When submissions closed in June 2020, over 350 change journeys had been submitted to the Water ChangeMaker Awards. These became 78 change journeys in the semi-finals, and now - when only the finals are left, 12 change journeys remain in the competition.
In his introduction, GWP Interim Executive Secretary Peter Repinski said that the 2020 GWP Network Meeting was a fitting place for announcing the finalists: “Making positive change happen is at the forefront of our minds during this annual network meeting, with the theme “Bringing the Change. And how better to do that than to share stories of change from around the world. We received a wide range of stories, from nature-based solutions to financial investments, from small community initiatives to large global programmes. They explored the role of leadership, integrity, participation, and innovation from various stakeholder perspectives. Although every story was inspiring, they were all carefully evaluated according to the same stringent criteria.”
"Deciding on the 12 brilliant finalists was difficult," said Oyun Sanjaasuren as she congratulated all participants and announced the finalists in front of nearly 300 GWP Partners who participated in the Opening Plenary of the GWP Network Meeting on 21 October.
The 12 finalists
The first finalist comes from Bangladesh, implemented by HELVETAS Swiss Intercooperation, the project Mothers parliaments advocate for climate resilient WASH facilities.
Then from Bolivia, implemented by the Fundacion Natura Bolivia, a project called Watershared Bank: Funding the conservation of water factories in the Tropical Andes.
Also from Bolivia comes the initiative Water and hydroenergy are driving self-sustainable development in the Sarayoj indigenous community in Bolivia, implemented by ONG PRODENER - Centro Integral del Desarrollo de la Energías Alternativas y de la Producción.
Then from Brazil, the Water Producer Project in the Pipiripau Watershed: building resilience in a water-conflict area in Brazil, implemented by the Regulatory Agency for Water, Energy and Basic Sanitation of the Federal District – ADASA.
From Bhutan, implemented by the Bhutan Water Partnership, Building low-cost climate-resilient agriculture technology to address water scarcity through water resource management.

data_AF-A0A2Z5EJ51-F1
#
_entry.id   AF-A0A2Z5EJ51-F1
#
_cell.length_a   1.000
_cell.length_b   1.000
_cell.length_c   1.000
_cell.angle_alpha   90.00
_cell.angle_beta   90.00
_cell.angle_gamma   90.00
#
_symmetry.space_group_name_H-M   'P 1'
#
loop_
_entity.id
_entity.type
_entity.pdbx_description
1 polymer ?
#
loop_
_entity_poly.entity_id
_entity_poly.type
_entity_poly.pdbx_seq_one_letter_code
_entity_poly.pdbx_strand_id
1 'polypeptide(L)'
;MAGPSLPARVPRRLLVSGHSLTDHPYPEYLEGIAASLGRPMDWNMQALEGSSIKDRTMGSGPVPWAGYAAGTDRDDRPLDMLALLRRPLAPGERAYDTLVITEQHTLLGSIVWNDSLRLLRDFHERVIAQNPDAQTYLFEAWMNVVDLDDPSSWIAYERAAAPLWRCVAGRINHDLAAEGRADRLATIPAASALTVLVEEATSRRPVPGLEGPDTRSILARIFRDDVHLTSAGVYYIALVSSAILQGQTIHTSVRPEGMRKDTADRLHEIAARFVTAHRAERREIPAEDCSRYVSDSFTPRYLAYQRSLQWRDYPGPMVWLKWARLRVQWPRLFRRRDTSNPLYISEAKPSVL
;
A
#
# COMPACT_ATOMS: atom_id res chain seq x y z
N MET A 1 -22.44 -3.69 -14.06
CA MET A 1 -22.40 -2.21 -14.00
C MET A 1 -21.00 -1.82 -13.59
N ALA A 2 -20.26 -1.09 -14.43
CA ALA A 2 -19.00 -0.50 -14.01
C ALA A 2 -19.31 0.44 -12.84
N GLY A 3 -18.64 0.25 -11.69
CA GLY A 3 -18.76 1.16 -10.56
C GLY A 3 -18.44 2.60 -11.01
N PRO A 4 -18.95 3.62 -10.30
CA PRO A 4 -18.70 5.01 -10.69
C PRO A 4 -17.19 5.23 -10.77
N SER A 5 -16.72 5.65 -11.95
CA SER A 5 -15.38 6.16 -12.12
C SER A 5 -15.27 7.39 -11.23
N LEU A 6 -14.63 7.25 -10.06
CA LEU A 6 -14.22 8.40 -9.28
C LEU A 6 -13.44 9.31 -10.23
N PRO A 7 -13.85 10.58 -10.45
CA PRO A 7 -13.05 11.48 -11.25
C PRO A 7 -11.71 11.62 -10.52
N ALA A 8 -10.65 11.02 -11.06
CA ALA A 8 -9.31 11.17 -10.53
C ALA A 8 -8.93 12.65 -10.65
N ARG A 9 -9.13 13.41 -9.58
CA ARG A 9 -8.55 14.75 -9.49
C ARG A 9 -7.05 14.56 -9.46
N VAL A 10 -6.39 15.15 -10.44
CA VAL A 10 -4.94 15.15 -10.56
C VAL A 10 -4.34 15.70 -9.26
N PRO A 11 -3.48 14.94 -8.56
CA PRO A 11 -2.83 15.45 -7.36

From Canada, implemented by the International Secretariat for Water, the project Indigenous communities leading water resilience in the Andes.
From Ecuador, implemented by the organisation Fondo de Páramos Tungurahua y Lucha contra la Pobreza-FMPLPT, the project The Tungurahua Moorland and Poverty Reduction Fund, driven by the indigenous and rural vision of Tungurahua.
From Egypt, implemented by the Suez Canal University (a public University), the initiative Bank filtration for water treatment and climate resilience: application, training, and awareness.
From Honduras, implemented by Water for People, the project Strengthening community resilience through holistic water, sanitation, and hygiene (WASH) programmes, including micro-basin protection.
From Kenya, submitted by Upande Limited, a project called Washmis platform development and services.
From Mexico, implemented by the Fondo Mexicano para la Conservación de la Naturaleza A.C. (FMCN), the project Watersheds and Cities: Social participation to improve the health of ecosystems and water provision.
And finally, the last but not the least, implemented by the Masungi Georeserve Foundation Inc. (MGFI) in the Philippines, The Masungi Georeserve story: Restoring forgotten watersheds through youth-led movements.
The winner will be announced in January 2021 – more information about this will follow.
Top photo by MD. SAWKAT CHOWDHURY, DORP - Mothers parliaments advocate for climate resilient WASH facilities
Inset photo 1: Watershared Bank: Funding the conservation of water factories in the Tropical Andes.
Inset photo 2: Washmis platform development and services.